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Xenobiotics Produce Distinct Metabolomic Responses in Zebrafish Larvae (Danio rerio)
Stockholm University, Faculty of Science, Department of Environmental Science and Analytical Chemistry. AXYS Analytical Services Ltd., Canada.
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Number of Authors: 6
2016 (English)In: Environmental Science and Technology, ISSN 0013-936X, E-ISSN 1520-5851, Vol. 50, no 12, 6526-6535 p.Article in journal (Refereed) Published
Abstract [en]

Sensitive and quantitative protocols for characterizing low-dose effects are needed to meet the demands of 21st century chemical hazard assessment. To test the hypothesis that xenobiotic exposure at environmentally relevant concentrations produces specific biochemical fingerprints in organisms, metabolomic perturbations in zebrafish (Danio rerio) embryo/larvae were measured following 24 h exposures to 13 individual chemicals covering a wide range of contaminant classes. Measured metabolites (208 in total) included amino acids, biogenic amines, fatty acids, bile acids, sugars, and lipids. The 96-120 h post-fertilization developmental stage was the most appropriate model for detecting xenobiotic-induced metabolomic perturbations. Metabolomic fingerprints were largely chemical- and dose-specific and were reproducible in multiple exposures over a 16-month period. Furthermore, chemical-specific responses were detected in the presence of an effluent matrix; importantly, in the absence of morphological response. In addition to improving sensitivity for detecting biological responses to low-level xenobiotic exposures, these data can aid the classification of novel contaminants based on the similarity of metabolomic responses to well-characterized model compounds. This approach is clearly of use for rapid, sensitive, and specific analyses of chemical effect on organisms, and can supplement existing methods, such as the Zebrafish Embryo Toxicity assay (OECD TG236), with molecular-level information.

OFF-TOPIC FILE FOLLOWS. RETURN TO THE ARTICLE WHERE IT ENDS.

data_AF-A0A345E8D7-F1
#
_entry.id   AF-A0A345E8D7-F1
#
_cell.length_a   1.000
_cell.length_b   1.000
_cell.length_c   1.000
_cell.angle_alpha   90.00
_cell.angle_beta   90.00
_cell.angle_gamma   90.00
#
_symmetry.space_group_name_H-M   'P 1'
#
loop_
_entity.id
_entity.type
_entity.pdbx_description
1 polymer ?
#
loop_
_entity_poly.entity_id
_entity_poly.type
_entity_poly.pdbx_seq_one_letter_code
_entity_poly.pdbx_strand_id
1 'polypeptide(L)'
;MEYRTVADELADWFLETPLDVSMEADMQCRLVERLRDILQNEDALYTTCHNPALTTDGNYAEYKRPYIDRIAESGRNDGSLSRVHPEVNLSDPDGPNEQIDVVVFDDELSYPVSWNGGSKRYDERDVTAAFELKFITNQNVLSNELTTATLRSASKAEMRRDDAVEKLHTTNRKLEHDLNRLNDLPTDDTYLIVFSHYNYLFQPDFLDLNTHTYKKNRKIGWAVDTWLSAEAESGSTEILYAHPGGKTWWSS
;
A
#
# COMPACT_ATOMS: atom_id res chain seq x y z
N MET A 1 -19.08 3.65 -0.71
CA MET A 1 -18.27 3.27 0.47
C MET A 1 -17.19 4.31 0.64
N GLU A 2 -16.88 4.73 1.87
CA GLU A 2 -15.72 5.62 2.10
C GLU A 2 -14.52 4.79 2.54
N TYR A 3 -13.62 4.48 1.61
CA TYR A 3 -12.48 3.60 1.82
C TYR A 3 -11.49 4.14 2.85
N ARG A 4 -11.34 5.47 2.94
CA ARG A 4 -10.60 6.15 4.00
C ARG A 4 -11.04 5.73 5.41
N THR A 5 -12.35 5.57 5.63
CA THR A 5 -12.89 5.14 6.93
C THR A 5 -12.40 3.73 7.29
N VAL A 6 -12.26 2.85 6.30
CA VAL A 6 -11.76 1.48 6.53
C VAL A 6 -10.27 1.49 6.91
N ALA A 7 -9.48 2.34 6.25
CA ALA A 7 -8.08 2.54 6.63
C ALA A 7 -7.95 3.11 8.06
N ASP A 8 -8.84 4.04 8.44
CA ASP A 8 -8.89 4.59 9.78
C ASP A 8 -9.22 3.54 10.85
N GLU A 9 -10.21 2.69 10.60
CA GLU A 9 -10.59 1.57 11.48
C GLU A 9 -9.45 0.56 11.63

Place, publisher, year, edition, pages
2016. Vol. 50, no 12, 6526-6535 p.
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Environmental Engineering Earth and Related Environmental Sciences
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URN: urn:nbn:se:su:diva-132399DOI: 10.1021/acs.est.6b01128ISI: 000378469900048PubMedID: 27232715OAI: oai:DiVA.org:su-132399DiVA: diva2:952569
Available from: 2016-08-15 Created: 2016-08-11 Last updated: 2016-08-15Bibliographically approved

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Benskin, Jonathan P.
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